THE STATE OF BEING APART

 

Her name is Nkosinomusa Luthuli and she welcomes me into her home, number 6021.

She opens the red door. My friend Katie and I enter in as the rain beats down on the tin roof above us.  Nkosinomusa is a mother of four boys. She has a generous heart and she fills her days with laughter and hard work. She is a born leader – she runs a household and a nursery, she is a strong woman of God, she singlehandedly leads her family with integrity. She cooks and provides a bed for her brothers and sisters in need. Ikayha Lami Elakho (my home is your home) is written on her walls. Her English is broken but her kindness speaks so loudly. She speaks and sings in Zulu but thankfulness is her language.

Nkosi lives in Mpophomeni, meaning the place of the waterfall, located in the midlands of the Kwazulu-Natal province of South Africa. Mpophomeni is a township, an urban settlement that confines non-whites. To elaborate – until the end of Apartheid (the system of racial segregation of whites and blacks in South Africa, quite literally meaning ”the state of being apart” enforced by a government party until 1994, the year before I was born), townships were reserved for Africans, Indians and Coloureds only. Townships tend to be a place of unemployment, gangs and violence, poor education, illness (particularly HIV/AIDS and TB) and most prominently poverty. Unfortunately, Mpophomeni is no exception to these unfair characteristics. So 1994, the year before I was born, marks the end of Apartheid, this was not a long time ago and segregation remains in the townships and towns of South Africa. The ugly truth is that you do not have to look far to discover that there is imbalance and inequality. It’s not hard to see and it is not hard to find.

Now I know little about politics but what I do know is that in the Kingdom of God there are no outsiders or insiders. I know little about history but I know that in God’s house there are no barriers or walls of division, there is no ”state of being apart”.

There is no segregation, isolation, division or seclusion. God’s will for humanity is family.

I flew to South Africa to a HIV/AIDS and TB ministry named Ethembeni (meaning a place of hope, which it very much was) alongside 5 other girls from around the UK. I was blessed to wake up in Mpophomeni everyday for an eye-opening, soul-stirring, exciting, laughter-filled, heart-wrenching but hope-giving 30 days. Everyday I savoured the African sun and crisp air. The winter colours and cool evenings and colder mornings. Breathing in the freshness. Taking in the smiles of the children on the street as they play games outside their homes and shout ‘sawubona’ as we walk past. Absorbing the soulful and sweet African music. Absorbing the sounds of their unique language. I’m appreciating the family, the love. I’m enjoying every hearty meal made by Nkosi and the time we spend together laughing and playing cards around the table, every prayer before bed and time of grace before meals. I’m soaking it all up. Just being present. I treasured every slow step down the streets through the township and every journey to a different place. I felt like I didn’t deserve to be in Mpophomeni, I felt overwhelmed by the love of the people around me and the love and faithfulness of God for bringing me here. I couldn’t have been more blessed.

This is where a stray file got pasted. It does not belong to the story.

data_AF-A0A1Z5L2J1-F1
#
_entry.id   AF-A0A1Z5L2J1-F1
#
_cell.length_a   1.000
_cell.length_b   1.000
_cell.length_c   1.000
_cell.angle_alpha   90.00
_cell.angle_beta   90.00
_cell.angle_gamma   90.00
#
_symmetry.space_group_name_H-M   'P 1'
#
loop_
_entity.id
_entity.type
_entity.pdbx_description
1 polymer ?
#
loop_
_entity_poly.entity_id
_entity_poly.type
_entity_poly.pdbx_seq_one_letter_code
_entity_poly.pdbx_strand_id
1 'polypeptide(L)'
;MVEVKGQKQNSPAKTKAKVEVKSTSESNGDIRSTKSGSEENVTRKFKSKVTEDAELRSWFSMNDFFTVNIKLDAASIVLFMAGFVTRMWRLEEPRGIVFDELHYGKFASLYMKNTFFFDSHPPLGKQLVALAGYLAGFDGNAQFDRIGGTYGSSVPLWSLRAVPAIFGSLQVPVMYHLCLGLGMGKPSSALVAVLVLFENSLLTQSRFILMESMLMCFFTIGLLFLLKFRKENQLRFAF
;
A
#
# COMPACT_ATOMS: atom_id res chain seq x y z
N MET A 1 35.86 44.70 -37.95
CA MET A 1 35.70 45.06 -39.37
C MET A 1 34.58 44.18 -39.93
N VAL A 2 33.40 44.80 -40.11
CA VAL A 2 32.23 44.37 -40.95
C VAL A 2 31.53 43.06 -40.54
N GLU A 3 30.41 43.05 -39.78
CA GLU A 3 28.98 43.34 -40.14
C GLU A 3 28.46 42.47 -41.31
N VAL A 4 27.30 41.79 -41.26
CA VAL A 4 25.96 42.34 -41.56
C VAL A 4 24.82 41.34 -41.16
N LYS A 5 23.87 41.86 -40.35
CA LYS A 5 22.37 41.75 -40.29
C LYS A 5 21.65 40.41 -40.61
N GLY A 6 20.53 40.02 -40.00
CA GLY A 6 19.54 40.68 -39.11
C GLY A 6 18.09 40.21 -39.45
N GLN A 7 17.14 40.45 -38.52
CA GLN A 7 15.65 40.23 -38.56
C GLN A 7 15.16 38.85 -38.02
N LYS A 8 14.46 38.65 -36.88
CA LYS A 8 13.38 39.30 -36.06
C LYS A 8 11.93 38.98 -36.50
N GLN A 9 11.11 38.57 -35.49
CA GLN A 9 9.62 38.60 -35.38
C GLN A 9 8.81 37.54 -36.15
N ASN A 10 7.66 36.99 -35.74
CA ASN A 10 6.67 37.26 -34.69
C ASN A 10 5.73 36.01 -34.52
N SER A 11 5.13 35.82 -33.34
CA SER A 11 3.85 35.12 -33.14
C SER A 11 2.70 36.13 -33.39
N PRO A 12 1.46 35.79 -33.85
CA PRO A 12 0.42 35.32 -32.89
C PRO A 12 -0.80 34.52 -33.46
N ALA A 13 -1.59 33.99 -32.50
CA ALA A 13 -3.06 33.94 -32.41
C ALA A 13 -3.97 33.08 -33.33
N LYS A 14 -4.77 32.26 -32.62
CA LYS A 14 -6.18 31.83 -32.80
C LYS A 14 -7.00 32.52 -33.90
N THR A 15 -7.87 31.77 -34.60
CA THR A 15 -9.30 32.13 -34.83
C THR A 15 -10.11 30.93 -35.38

MY HOME IS YOUR HOME

Mpophomeni is a place of community and character, joyful living and family. It taught me about the rawness and richness of life in a way that I had never known before and this is something that I will never ever forget.

 

 

 

 

 

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